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June 17, 2004

Court upholds claim that police violated rights of deaf NH man

From: Brattleboro Reformer, VT - Jun 17, 2004

By JUSTIN MASON Reformer Staff

BRATTLEBORO -- A deaf New Hampshire man, who successfully argued that police violated his rights as a disabled person, pleaded guilty to a reduced charge in Windham District Court Wednesday.

Eric S. Putnam, 26, of Alstead, N.H., was set to stand trial this week for the charge of driving under the influence and possession of marijuana, both misdemeanor offenses, when he entered into a plea agreement with Deputy State's Attorney Nat Seely.

As a result of the agreement, Judge John P. Wesley ordered Putnam to pay a $520 fine for possessing marijuana and dropped the drunken driving charge against him.

Discrepancies in Putnam's case started almost immediately, beginning with his arrest and running through the subsequent court proceedings, which needed to be arranged in tandem with four sign language interpreters.

According to court documents, the Bellows Falls Police originally took Putnam into custody in November 2002, while investigating a possible break-in on Rockingham Street. Officer Jennifer Carroll said she saw Putnam sitting in his car across the street with its engine running.

Investigators began to suspect that Putnam was drunk following several unsuccessful attempts to rouse him, Carroll stated in her affidavit. During the ensuing investigation, Putnam informed police that he was deaf, but he could read lips.

After failing field sobriety tests, Putnam was brought to the station for DUI processing, where officers attempted to issue him his Miranda warning by scrolling notes on a pad of paper.

Following Putnam's arraignment, Public Defender Joanne Balz filed a motion to suppress evidence, arguing that any statements made by Putnam while he was in police custody were inadmissible in court. Due to his disability, she said Putnam was unable to fully understand his rights as communicated by police.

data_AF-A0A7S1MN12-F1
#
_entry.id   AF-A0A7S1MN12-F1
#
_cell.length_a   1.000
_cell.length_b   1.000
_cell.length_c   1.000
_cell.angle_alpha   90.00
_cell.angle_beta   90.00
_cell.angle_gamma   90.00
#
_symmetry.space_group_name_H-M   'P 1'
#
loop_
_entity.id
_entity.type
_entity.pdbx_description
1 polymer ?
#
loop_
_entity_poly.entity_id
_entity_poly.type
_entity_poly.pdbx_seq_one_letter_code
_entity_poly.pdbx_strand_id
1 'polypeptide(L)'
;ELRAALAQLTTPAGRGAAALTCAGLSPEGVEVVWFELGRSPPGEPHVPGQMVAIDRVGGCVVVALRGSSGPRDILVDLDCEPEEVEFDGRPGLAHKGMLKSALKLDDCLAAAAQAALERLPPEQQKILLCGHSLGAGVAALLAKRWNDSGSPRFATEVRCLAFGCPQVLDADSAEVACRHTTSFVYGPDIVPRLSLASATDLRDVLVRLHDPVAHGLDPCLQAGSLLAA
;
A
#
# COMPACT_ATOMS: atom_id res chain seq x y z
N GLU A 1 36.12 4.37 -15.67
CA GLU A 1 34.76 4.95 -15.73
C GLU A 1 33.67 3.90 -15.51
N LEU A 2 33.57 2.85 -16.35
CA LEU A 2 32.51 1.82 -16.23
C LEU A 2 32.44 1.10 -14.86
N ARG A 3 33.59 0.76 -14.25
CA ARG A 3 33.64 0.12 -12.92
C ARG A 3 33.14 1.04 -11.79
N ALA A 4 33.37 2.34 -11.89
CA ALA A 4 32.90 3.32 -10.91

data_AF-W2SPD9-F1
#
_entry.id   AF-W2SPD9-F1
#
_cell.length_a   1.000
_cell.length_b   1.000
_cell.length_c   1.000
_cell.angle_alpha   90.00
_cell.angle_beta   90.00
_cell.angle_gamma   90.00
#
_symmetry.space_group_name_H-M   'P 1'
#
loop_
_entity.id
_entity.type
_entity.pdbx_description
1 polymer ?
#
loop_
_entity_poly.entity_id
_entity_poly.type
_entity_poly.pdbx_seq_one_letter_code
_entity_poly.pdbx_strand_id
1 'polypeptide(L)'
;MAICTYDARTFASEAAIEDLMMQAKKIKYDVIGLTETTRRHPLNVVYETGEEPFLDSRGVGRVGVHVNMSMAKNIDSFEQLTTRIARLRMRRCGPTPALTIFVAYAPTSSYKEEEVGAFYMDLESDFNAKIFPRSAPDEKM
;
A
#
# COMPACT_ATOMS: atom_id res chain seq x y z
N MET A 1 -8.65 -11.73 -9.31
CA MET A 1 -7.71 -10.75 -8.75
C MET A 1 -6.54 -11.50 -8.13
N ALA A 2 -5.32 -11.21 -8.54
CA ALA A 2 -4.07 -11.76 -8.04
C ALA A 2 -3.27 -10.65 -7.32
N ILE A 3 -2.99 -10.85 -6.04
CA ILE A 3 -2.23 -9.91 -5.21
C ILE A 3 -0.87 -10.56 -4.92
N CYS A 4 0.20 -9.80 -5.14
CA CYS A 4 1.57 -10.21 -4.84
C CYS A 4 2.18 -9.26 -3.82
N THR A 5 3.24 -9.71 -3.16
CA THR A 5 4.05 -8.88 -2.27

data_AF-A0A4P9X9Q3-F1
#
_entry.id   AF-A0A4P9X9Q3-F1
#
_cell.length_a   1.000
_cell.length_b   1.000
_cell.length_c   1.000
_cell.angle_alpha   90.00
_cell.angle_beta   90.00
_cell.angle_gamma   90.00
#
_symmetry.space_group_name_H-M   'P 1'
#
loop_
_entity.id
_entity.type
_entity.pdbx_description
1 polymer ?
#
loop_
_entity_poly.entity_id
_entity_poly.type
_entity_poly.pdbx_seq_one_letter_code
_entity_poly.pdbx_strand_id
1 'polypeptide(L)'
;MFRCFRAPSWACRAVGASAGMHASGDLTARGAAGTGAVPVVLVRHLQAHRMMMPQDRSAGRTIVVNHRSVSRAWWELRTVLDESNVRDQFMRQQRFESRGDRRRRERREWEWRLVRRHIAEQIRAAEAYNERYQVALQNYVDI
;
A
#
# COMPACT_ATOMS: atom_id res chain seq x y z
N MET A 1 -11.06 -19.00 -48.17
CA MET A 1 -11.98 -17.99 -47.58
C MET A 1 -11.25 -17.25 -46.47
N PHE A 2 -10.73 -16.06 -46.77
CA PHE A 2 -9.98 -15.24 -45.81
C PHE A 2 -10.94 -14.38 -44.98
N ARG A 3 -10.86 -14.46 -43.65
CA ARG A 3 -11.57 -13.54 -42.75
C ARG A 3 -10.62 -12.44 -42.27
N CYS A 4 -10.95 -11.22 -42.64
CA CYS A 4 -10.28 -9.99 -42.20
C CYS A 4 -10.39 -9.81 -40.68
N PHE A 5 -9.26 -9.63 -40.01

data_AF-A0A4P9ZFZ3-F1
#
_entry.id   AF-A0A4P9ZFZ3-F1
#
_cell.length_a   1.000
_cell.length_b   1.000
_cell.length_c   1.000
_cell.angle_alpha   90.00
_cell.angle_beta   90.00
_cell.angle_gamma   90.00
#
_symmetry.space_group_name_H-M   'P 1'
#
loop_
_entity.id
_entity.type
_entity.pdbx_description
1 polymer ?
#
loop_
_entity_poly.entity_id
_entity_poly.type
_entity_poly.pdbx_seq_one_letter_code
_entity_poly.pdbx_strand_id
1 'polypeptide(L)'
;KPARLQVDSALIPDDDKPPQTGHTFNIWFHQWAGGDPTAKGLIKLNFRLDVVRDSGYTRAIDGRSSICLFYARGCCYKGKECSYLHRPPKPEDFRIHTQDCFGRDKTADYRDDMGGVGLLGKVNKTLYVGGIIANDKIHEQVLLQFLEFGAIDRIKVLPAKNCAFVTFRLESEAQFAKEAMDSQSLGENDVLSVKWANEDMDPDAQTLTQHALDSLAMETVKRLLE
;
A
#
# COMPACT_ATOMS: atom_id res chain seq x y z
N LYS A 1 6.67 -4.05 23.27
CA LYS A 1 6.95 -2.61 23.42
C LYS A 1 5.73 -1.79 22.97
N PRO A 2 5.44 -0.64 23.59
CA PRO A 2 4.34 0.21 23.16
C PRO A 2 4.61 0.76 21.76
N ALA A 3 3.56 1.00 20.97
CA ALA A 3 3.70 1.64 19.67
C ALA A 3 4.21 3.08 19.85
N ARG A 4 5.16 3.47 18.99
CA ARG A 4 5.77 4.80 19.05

"A series of notes were used by one of the officers who indicated that, at some point, the defendant expressed that he did not understand," she stated in the motion.

Asking for the court to deny the motion, Seely stated that police had been more than accommodating with regards to Putnam's disability. Seely also argued that there was no authority to support the contention that the Americans with Disabilities Act required sign language interpreters to be present for the purpose of issuing Miranda warnings.

"At no time did the defendant indicate that he was unable to read," he stated. "In fact, he made it explicitly clear to the officer that he understood what was happening to him and that he was fully aware of his rights."

Prior to the court's ruling on the motion, Balz filed a supplemental memorandum of law, further stating that Putnam had tried to remain silent during questioning, but was coerced into making statements through miscommunication. Balz also noted that police had made no effort to find an interpreter prior to questioning Putnam and had even neglected to use a text teletype machine that was available at the department.

"Police are required now to 'effectively inform' accused people of their constitutional rights before any questioning can take place," she stated. "Without a qualified interpreter, deaf people are not able to fully understand these rights and any waiver of them would not meet the court's standard of being voluntary, knowing and intelligent."

During a lengthy hearing in November 2003, Wesley ruled in favor of the motion, which, among other things, suppressed the evidentiary breath test Putnam submitted during questioning.

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